‘A number of contemporary critiques (Maron, 1999; Peters, 1998) illuminate…’
– Footnotes should be avoided in the text. References should be collated into a reference list at the end of the paper, in the following style:
Harre, R. (1979). Social Being. Oxford: Blackwell.
Bion, W. R. (1946). The leaderless group project. Bulletin of the Meninger Clinic, 10(3): 77-81.
Turquet, P. (1974). Leadership: the individual and the group. In: G. Hibbard, J. Hartmann and R. Mann (Eds), Analysis of Groups. San Francisco: Jossey Bass.
Full details on the Publisher’s House Style can be found here.
Author Declaration: Authors are also asked to complete and send with their manuscript an Author’s Declaration confirming confidentiality, originality, and copyright. A copy of this Declaration can be downloaded here.
Processing of Manuscripts and Production
– Once reviewers have made their recommendations about a contribution, the editors will make a final judgement whether to reject or accept, or to accept, subject to minor or major revisions.
– Once accepted, manuscripts are copyedited and scheduled for publication. Authors will be notified of the year and issue number, as soon as it has been determined.
– Page proofs will be sent to the designated (first) author in PDF format by email. The proofs should then be returned within the scheduled time requested (usually no more than seven days). With rare exceptions, only printer’s errors and authors’ minor typographical errors will be corrected.
– First-named authors receive a PDF file and one complimentary copy of the issue.
O&SD is committed to ensuring ethics in publication and quality of articles. Conformance to standards of ethical behaviour is therefore expected of all parties involved: authors, editors, reviewers, and the publisher. In particular:
Authors: Authors should present an objective discussion of the significance of research work as well as sufficient detail and references to permit others to replicate the experiments. Fraudulent or knowingly inaccurate statements constitute unethical behaviour and are unacceptable. Review articles should also be objective, comprehensive, and accurate accounts of the state of the art. The authors should ensure that their work is entirely original works, and if the work and/or words of others have been used, this has been appropriately acknowledged. Plagiarism in all its forms constitutes unethical publishing behaviour and is unacceptable. Submitting the same manuscript to more than one journal concurrently constitutes un- ethical publishing behaviour and is unacceptable. Authors should not submit articles describing essentially the same research to more than one journal. The corresponding author should ensure that there is a full consensus of all co-authors in approving the final version of the paper and its submission for publication.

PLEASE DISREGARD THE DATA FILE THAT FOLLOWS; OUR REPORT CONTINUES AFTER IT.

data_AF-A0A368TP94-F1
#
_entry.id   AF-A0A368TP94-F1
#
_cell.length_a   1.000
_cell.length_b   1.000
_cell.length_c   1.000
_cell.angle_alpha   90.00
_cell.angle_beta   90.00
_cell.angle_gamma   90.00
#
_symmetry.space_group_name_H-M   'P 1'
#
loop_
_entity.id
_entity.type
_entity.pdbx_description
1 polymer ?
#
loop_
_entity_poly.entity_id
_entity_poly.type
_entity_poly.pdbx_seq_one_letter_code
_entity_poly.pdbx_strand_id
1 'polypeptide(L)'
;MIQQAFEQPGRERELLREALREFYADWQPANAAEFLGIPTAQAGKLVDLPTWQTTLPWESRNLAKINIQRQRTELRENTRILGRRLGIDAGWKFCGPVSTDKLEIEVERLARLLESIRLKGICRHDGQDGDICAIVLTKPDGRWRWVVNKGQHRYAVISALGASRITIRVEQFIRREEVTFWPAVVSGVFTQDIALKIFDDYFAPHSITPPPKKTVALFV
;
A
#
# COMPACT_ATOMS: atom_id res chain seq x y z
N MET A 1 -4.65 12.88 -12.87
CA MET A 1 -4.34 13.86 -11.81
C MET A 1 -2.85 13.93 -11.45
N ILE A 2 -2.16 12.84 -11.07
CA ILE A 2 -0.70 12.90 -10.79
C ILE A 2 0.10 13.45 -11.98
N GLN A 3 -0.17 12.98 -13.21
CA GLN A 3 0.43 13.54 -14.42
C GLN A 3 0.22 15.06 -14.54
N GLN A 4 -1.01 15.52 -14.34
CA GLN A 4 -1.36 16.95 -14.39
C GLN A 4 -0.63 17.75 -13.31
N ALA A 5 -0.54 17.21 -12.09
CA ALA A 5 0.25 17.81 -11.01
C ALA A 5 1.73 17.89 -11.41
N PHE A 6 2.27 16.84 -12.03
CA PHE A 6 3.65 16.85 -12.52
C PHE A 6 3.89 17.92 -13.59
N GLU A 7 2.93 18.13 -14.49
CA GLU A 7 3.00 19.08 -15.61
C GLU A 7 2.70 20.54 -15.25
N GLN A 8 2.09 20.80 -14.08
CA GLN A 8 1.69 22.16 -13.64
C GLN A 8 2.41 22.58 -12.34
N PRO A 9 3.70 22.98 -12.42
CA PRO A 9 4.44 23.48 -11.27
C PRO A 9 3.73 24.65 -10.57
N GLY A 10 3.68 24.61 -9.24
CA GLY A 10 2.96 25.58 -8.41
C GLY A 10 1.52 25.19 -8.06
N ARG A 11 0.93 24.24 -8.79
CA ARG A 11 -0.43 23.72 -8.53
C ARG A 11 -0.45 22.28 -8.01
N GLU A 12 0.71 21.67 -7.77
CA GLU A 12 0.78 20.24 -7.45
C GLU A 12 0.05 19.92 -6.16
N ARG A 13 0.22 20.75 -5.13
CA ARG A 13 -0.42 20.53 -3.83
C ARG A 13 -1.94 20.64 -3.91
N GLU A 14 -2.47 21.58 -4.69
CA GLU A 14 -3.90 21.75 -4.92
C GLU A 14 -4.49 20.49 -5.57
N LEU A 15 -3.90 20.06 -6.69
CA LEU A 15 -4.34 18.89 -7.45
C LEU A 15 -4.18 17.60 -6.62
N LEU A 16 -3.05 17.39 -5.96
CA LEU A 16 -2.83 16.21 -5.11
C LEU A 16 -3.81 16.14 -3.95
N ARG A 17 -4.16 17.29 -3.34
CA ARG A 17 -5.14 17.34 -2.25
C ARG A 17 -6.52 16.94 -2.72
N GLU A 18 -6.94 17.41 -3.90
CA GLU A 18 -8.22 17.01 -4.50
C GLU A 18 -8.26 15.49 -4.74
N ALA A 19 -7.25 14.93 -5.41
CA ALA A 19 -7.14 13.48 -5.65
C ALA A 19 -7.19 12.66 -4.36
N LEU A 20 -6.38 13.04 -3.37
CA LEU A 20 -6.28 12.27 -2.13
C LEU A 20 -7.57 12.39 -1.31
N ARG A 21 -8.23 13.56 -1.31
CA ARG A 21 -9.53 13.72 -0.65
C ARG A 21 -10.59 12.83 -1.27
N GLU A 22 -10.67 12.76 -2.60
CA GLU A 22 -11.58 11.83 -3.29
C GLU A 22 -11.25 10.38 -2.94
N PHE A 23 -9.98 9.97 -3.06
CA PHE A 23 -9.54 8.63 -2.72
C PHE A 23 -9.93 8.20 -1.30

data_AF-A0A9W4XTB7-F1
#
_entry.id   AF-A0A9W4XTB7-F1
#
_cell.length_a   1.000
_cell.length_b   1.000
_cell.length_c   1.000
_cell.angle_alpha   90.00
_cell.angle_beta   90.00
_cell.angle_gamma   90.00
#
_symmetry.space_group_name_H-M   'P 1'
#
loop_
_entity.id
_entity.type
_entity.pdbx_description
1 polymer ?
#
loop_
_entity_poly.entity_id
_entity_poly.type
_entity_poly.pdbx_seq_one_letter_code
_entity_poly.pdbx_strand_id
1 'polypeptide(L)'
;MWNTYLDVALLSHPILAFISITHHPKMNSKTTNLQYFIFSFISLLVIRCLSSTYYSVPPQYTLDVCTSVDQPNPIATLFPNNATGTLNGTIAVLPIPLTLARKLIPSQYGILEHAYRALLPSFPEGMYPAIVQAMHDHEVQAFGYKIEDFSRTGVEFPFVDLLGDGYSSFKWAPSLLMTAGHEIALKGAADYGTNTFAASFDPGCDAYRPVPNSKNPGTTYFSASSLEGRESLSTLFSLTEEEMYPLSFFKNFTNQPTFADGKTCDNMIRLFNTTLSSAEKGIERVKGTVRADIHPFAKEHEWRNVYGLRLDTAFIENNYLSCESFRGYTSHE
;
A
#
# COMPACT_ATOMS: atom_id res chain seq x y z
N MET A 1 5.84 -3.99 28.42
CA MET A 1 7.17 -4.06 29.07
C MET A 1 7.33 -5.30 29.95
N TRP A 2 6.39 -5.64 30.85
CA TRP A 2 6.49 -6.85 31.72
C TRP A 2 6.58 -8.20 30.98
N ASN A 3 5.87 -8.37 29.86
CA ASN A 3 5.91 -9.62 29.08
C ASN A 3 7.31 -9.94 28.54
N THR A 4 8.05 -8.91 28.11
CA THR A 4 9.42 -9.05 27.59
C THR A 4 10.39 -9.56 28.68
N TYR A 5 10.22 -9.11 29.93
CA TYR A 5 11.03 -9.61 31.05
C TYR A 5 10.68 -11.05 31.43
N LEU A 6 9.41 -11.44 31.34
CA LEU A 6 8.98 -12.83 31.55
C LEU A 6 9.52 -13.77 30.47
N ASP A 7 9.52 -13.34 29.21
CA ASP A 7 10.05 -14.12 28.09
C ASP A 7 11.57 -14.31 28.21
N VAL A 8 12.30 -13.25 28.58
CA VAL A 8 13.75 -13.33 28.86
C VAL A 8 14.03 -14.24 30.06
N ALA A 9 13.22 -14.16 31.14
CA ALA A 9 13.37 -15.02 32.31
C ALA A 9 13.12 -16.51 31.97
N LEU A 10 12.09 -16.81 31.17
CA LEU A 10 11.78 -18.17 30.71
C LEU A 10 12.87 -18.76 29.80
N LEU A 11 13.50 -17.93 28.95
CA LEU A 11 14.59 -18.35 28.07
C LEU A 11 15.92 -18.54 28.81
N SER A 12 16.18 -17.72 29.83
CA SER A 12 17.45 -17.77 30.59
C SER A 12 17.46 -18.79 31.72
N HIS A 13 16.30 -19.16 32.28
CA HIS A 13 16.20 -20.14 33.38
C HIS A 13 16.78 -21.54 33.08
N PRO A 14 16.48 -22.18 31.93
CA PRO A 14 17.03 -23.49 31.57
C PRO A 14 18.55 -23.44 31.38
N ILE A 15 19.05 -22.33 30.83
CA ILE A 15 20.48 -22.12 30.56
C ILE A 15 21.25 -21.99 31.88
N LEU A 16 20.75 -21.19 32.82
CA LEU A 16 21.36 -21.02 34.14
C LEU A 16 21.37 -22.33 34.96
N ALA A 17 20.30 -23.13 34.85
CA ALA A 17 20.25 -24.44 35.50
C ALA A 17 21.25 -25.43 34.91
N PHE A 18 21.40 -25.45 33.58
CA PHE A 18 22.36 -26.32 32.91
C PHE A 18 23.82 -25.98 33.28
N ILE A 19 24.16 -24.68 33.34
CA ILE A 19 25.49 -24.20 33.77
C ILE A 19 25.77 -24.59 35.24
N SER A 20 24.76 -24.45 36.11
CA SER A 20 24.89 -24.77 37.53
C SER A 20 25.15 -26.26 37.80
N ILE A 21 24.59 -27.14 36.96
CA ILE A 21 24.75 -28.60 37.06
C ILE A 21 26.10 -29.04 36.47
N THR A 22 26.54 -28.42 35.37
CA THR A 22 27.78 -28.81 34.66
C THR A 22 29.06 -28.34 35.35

Editors: Editors should evaluate manuscripts exclusively on the basis of their academic merit. An editor must not use unpublished information in the editor’s own research without the express written consent of the author. Editors should take reasonable responsive measures when ethical complaints have been presented concerning a submitted manuscript or published paper.
Reviewers: Any manuscripts received for review must be treated as confidential documents. Privileged information or ideas obtained through peer review must be kept confidential and not used for personal advantage. Reviews should be conducted objectively, and observations should be formulated clearly with supporting arguments, so that authors can use them for improving the paper. Any selected referee who feels unqualified to review the research reported in a manuscript or knows that its prompt review will be impossible should notify the editor and excuse himself from the review process. Reviewers should not consider manuscripts in which they have conflicts of interest resulting from competitive, collaborative, or other relationships or connections with any of the authors, companies, or institutions connected to the papers.